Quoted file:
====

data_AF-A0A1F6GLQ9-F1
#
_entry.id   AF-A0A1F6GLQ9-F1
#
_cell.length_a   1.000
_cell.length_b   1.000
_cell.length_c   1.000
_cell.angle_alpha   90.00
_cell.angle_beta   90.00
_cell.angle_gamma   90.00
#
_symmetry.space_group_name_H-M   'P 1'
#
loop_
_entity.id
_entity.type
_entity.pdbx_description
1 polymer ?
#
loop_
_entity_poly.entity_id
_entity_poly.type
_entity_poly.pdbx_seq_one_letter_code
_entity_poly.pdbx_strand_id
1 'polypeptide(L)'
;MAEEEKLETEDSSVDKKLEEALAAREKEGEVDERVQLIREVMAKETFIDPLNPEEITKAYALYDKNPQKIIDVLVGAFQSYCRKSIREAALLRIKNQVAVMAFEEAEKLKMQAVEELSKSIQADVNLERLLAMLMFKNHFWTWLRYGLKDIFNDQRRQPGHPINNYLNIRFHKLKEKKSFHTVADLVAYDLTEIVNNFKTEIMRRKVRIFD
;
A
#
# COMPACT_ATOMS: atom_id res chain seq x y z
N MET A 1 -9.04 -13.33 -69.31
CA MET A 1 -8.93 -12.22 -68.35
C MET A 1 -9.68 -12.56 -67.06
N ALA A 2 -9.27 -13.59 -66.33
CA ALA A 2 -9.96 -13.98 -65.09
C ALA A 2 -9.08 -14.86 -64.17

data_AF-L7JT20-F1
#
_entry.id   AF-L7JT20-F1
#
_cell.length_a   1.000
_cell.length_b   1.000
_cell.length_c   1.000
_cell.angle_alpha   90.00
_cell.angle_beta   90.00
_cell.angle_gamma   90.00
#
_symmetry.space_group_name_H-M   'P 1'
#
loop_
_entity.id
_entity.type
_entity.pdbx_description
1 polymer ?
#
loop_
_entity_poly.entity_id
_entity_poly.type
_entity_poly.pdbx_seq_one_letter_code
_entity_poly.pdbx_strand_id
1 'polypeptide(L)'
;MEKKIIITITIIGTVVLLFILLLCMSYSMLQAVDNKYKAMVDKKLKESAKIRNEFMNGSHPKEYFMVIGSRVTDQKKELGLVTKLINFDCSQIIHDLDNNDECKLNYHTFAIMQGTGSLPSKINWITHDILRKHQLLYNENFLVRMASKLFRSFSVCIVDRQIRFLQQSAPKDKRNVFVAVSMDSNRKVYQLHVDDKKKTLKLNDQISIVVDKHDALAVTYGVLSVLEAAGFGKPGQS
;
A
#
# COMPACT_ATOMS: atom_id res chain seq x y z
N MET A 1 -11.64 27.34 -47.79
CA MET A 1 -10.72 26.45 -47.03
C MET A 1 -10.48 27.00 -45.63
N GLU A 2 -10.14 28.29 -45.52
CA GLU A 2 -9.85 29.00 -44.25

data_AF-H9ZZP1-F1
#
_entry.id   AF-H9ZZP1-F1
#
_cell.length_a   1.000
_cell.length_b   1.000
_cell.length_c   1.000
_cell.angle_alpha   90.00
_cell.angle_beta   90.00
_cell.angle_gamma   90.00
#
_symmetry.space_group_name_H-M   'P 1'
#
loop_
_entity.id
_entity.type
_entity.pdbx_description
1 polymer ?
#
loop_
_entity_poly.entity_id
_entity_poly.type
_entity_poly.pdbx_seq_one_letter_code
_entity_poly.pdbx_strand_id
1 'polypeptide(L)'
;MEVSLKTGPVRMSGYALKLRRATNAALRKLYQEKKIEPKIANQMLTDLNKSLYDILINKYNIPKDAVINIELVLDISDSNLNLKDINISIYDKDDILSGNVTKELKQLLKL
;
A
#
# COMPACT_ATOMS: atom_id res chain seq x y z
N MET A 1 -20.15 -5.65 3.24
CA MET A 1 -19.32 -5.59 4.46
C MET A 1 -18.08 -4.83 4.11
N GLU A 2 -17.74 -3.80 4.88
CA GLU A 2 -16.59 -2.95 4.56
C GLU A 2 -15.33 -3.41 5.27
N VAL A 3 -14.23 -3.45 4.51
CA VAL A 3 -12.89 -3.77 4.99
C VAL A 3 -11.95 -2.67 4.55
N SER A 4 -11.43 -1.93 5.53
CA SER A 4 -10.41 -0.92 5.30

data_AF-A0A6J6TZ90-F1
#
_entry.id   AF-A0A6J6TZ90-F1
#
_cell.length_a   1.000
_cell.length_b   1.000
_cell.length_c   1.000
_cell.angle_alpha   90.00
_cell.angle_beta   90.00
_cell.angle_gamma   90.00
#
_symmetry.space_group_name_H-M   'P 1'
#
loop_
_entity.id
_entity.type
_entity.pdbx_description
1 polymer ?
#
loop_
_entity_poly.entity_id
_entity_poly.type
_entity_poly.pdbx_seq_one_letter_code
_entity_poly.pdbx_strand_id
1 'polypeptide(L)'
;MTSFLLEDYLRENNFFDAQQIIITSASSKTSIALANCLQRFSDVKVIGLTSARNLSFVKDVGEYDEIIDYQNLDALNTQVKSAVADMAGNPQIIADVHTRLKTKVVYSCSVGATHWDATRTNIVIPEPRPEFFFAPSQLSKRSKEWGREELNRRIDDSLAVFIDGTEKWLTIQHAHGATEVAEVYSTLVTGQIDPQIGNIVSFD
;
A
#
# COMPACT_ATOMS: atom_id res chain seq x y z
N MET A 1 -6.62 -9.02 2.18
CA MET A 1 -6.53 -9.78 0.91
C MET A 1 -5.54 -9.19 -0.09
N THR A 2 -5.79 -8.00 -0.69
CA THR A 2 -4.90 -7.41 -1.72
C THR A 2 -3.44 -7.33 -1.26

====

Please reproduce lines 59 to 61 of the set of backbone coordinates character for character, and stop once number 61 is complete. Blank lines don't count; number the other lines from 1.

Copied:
_entity_poly.pdbx_seq_one_letter_code
_entity_poly.pdbx_strand_id
1 'polypeptide(L)'